After breaking-in, the Audioquest NightHawk is always smooth with a relatively wide sound stage a distance away from the listener. We note a rise and dip in the frequency response, around 10-12 kHz as well as another slight one at around 60 Hz. In other words, the frequency response of these headphones is physical and flattering to the ear. The playful style of the DragonFly DAC in the treble range reinforces this characteristic of the NightHawk. With the Meridian Prime amp, the tonal balance is not as ?soft? and is more precise at the top of the spectrum. With a Denon Ceol N4 amp, listening is more balanced with the bass gaining in depth. The NightHawk delivers an immersive, well established and warm sound.

For All We Know / Blue Moon, Chet Baker, FLAC – 16/44
It’s said that large transducers are an added bonus to listening when the message is complex. The bass range is well explored with good double bass which rumbles so much you roll your eyes in wonder. The sound of the brushes on the snare drums in For All We Know is delicate. The piano in Blue Moon is always credible. Another good point is that the trumpet isn’t too aggressive-sounding to our ears. Overall, the track is well controlled and warm.

Feeling Good, Nina Simone, FLAC – 24/96
Nina Simone’s voice is slightly toned down but its presence is articulate. Interesting depth of the stage with a physical presence of brass in the centre. This is a lively delivery.

Why’d You Only Call Me When You’re High ?, Artic Monkeys, FLAC – 16/44
Physical and catchy listening experience. We let ourselves be carried along by the rhythm of the drums. Another lively and warm recording.

Move Your Feet, Junior Senior, FLAC – 16/44
Dancefloor atmosphere guaranteed with the NightHawk as long as we let the DragonFly do the work. Once again, the good low frequency base adds the necessary weight to this pop track.

Sail Away, The Rapture, FLAC – 16/44
The compressed and dynamic mixes are no trouble for these headphones which are never too aggressive-sounding to listeners’ ears. This is again due to the constant balance. This track quite simply glides along.

Post Break-Up Sex, The Vaccines, FLAC – 16/44
We had never heard it like this before and this is perhaps the best listening experience we’ve ever had of this track. The sound is “vintage”, dense and balanced.

In The Hall Of The Mountain King, Edvard Grieg, FLAC – 16/44
The NightHawk can clearly mix low intensity sounds with skill and add substance to moderate volume listening. The final flourish could be slightly more acute in the treble range but the limits have probably been reached for such large paper fibre transducers. It is nevertheless convincing.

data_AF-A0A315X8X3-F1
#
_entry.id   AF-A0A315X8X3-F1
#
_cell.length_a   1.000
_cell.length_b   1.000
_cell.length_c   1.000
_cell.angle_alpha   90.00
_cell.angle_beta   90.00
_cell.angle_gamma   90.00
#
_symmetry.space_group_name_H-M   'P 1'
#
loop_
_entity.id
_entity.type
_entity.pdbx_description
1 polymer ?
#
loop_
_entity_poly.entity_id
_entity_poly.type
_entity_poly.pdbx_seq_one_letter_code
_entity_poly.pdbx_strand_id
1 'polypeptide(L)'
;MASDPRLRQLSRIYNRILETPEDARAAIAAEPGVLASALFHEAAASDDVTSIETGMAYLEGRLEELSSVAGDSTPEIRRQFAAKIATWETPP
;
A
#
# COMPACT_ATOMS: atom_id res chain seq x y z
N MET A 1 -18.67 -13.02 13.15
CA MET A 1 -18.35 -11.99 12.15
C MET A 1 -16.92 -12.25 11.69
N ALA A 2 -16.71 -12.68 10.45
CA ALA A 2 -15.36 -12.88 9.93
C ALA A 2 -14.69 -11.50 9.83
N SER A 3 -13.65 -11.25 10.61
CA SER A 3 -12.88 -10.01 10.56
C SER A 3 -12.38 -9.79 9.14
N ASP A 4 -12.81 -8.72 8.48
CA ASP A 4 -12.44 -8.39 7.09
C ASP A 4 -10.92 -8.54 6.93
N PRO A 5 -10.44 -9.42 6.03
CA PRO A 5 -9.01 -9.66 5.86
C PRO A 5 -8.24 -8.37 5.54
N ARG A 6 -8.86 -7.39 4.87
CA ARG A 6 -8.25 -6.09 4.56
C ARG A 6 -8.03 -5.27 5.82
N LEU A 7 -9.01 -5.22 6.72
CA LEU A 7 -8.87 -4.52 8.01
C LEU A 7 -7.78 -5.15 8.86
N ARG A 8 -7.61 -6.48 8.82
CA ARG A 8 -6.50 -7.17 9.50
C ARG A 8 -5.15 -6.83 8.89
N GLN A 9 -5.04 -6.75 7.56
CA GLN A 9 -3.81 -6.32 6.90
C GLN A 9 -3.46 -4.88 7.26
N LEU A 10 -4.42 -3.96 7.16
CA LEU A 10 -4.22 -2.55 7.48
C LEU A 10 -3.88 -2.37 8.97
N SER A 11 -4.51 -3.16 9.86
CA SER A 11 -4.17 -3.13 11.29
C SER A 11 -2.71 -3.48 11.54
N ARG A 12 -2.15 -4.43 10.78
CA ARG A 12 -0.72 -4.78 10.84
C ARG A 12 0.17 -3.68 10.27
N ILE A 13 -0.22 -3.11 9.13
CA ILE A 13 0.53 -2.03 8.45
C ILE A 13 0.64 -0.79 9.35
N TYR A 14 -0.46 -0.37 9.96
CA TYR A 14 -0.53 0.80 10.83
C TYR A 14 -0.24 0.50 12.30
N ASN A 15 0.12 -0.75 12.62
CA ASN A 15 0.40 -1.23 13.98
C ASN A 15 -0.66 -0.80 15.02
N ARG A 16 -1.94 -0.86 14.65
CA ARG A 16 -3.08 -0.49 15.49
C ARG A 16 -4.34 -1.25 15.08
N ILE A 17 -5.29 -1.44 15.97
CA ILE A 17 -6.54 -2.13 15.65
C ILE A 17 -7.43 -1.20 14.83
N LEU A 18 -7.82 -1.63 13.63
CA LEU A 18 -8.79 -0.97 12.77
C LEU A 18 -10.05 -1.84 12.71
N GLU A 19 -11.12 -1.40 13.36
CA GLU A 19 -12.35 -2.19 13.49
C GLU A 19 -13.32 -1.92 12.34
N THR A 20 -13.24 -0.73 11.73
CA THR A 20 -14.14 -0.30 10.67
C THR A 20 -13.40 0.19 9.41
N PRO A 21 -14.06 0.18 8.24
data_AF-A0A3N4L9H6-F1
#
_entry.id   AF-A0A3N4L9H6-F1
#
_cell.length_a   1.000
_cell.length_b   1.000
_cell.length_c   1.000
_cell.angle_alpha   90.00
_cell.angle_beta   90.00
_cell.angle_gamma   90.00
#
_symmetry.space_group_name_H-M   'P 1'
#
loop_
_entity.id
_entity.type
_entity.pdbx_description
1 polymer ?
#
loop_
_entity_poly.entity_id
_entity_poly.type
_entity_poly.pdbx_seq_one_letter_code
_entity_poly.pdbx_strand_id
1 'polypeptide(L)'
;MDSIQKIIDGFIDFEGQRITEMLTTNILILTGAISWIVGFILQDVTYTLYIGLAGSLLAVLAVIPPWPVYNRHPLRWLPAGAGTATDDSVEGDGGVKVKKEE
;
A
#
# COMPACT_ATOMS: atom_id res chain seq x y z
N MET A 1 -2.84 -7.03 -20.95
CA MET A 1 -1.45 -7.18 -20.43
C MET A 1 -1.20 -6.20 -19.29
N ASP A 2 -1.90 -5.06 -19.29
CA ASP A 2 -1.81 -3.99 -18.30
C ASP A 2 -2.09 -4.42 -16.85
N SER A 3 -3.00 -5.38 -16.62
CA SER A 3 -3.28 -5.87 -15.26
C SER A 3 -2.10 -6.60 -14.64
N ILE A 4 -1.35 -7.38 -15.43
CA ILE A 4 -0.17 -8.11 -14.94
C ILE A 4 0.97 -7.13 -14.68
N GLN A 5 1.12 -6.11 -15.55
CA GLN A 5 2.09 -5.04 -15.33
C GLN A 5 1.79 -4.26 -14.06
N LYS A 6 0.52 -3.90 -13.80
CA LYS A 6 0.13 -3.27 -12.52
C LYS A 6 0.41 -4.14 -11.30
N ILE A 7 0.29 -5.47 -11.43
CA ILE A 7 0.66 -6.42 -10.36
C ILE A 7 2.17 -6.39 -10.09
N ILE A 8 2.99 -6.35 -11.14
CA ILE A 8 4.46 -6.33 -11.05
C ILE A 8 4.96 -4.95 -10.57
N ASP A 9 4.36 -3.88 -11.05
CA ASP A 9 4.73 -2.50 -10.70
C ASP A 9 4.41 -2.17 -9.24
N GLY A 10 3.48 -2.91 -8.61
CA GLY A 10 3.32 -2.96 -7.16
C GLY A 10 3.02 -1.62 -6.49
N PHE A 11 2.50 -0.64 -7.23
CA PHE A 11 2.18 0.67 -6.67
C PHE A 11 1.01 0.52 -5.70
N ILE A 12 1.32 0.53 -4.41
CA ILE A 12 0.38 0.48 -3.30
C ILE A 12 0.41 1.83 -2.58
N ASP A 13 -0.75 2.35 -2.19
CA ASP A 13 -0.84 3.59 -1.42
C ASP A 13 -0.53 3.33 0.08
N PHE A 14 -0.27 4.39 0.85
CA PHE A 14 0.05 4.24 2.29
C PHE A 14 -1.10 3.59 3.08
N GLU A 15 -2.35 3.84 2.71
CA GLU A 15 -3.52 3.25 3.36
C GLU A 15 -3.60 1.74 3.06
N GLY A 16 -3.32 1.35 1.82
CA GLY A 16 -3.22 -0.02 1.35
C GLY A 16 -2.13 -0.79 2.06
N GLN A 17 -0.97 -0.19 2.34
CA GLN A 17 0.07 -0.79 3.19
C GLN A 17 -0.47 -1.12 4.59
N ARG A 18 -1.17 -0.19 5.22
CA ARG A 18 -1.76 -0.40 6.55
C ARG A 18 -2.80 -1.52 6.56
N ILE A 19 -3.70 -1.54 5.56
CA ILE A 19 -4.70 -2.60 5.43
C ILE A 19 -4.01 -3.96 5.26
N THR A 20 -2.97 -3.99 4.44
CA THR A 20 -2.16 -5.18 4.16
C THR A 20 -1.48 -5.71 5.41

Audioquest NightHawk & DragonFly 1.2

Audioquest NightHawk: what we particularly liked

  • The impeccable comfort
  • The manufacturing quality
  • The sound immersion
  • The balanced listening
  • The second detachable cable which proves itself to be excellent
  • The great pairing with the DragonFly 1.2 DAC
  • The possible running with any source

Audioquest NightHawk: what we would have liked

  • A more accurate sound beyond 10 kHz

Audioquest NightHawk: conclusions

We were impressed by the overall performance of the Audioquest NightHawk. These headphones are particularly comfortable to wear and other more expensive models should follow Audioquest’s example as regards comfort. The choice of 2″ cellulose transducers, although restrictive concerning treble response, is definitely the right choice as the sound message remains balanced whatever the sound take. The NightHawk delivers a warm sound even with a smartphone. It merits being paired with a quality source, such as the small-scale Audioquest DragonFly 1.2 DAC, which is remarkably clear.

1 COMMENT

  1. I have to agree with your profile of the AQ Nighthawk.
    But… it depends! Listening through a Dark Voice 336se with RCA 7SN6GTB and french Thomson-CSF 6080WA tubes, you get exactly what Tristan describes! A little recessed highs, but you are not missing one bit of detail.
    On the other hand, using a Musical Paradise MP-301 MK3 headphone amp with RCA Jan 5693, and Tung Sol 7581A tubes,
    you kind of pronounce the upper frequencies, it sounds more like a HE-500, not as airy though ( or present?).
    I guess, what I am trying to say is, everything depends on your source (…audio chain)! 😉
    I do prefer the darker presentation. To make a point, listen to Jonas Hellborg’s Elegant Punk with the Nighthawk. It will blow your mind!